In concrete terms, the Special Equalisation Scheme works as follows: beneficiaries pay the full EEG surcharge for the first gigawatt hour and then 15% of the EEG surcharge for every kilowatt hour of electricity they consume above and beyond this. This burden is limited to a maximum of 4% of the respective enterprise's gross value added or, in the case of enterprises with an electricity-cost intensity of 20% or more, a maximum of 0.5% (cap / super-cap in the EU's Guidelines on State aid for environmental protection and energy).

In the course of revising the Special Equalisation Scheme, the applicable fee ordinance was also adjusted to cushion the cost increases resulting from the expanded administrative burden. The amended fee ordinance went into effect on 5 August 2014. The key information about the Special Equalisation Scheme can be found here (PDF: 42 KB).

Self-supply
In future, companies who produce conventional electricity to supply their own needs (self-suppliers) will be required for the first time to bear a share of the costs for the expansion of renewable energy. This applies to new installations. Nothing changes for existing installations. Self-suppliers whose installation was put into service before the new Renewable Energy Sources Act went into force on 1 August 2014 may continue to consume the electricity they generate in their installation without having to pay the EEG surcharge.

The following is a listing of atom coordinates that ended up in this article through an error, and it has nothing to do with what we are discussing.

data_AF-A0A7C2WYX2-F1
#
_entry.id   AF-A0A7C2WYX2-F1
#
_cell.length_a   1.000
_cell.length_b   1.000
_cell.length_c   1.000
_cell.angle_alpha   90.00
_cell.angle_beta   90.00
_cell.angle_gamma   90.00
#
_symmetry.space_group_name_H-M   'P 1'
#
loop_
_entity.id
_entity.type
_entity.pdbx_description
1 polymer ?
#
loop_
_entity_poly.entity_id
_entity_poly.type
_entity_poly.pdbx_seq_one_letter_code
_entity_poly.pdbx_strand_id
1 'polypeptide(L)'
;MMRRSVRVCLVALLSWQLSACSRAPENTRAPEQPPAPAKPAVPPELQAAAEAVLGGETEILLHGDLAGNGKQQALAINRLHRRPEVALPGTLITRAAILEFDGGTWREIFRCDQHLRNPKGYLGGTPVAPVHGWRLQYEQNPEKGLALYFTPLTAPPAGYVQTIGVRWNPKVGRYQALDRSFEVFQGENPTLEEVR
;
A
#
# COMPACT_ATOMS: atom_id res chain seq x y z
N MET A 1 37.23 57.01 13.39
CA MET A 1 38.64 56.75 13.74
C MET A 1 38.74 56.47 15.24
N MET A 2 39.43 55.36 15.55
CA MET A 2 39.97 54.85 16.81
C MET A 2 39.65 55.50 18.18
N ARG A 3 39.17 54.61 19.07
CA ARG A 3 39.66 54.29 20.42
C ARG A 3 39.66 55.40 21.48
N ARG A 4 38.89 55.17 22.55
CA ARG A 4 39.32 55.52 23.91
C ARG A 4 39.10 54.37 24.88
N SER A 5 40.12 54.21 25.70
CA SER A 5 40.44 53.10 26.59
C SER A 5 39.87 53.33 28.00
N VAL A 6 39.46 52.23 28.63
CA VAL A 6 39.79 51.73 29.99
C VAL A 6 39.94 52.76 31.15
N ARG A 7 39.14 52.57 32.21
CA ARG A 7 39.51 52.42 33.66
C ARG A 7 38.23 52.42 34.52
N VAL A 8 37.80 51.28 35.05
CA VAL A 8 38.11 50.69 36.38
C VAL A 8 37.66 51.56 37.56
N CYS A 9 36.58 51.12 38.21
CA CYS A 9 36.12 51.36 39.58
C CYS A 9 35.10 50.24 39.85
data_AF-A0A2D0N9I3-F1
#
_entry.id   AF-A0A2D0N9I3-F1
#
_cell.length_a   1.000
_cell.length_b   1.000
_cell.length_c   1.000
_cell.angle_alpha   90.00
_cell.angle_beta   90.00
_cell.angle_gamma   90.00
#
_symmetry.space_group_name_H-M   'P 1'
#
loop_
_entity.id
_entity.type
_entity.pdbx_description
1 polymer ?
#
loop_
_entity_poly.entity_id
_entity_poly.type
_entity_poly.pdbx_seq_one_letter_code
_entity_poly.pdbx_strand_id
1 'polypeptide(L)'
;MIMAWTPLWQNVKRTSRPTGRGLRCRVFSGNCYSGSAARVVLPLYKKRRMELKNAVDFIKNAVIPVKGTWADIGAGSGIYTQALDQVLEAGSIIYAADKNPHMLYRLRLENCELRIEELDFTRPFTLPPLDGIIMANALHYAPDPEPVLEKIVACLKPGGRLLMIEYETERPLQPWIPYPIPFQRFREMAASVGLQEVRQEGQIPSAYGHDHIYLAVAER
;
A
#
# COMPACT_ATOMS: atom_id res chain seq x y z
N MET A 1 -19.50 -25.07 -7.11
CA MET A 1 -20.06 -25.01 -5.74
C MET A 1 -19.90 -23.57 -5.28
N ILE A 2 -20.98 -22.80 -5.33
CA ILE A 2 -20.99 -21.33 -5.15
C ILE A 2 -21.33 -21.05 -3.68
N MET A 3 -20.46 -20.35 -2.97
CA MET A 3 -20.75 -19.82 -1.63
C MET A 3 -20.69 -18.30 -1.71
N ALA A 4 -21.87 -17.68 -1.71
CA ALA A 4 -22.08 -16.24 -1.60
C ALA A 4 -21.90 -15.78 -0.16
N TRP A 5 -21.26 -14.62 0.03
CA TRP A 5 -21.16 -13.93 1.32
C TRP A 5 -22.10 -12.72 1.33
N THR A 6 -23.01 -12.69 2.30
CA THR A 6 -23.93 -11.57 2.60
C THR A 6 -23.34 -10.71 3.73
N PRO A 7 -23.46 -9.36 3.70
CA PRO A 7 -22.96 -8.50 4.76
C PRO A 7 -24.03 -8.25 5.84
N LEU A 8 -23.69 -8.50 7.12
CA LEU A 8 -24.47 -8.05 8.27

Self-suppliers who use new renewable energy installations or new, highly-efficient heat-power cogeneration systems have to pay only a reduced EEG surcharge. In order to progressively introduce the new provisions for renewable energy installations and highly efficient heat-power cogeneration systems, the reduced surcharge rate will initially be 30% through 2015 and then raised to 35% for 2016. These reduced rates will apply only during these two years. Installations that are put into service during this time and all renewable energy installations and highly efficient heat-power cogeneration systems that are put into service at a later date will pay a reduced EEG surcharge of 40% from 2017.

Continuing and managing the expansion of renewable energy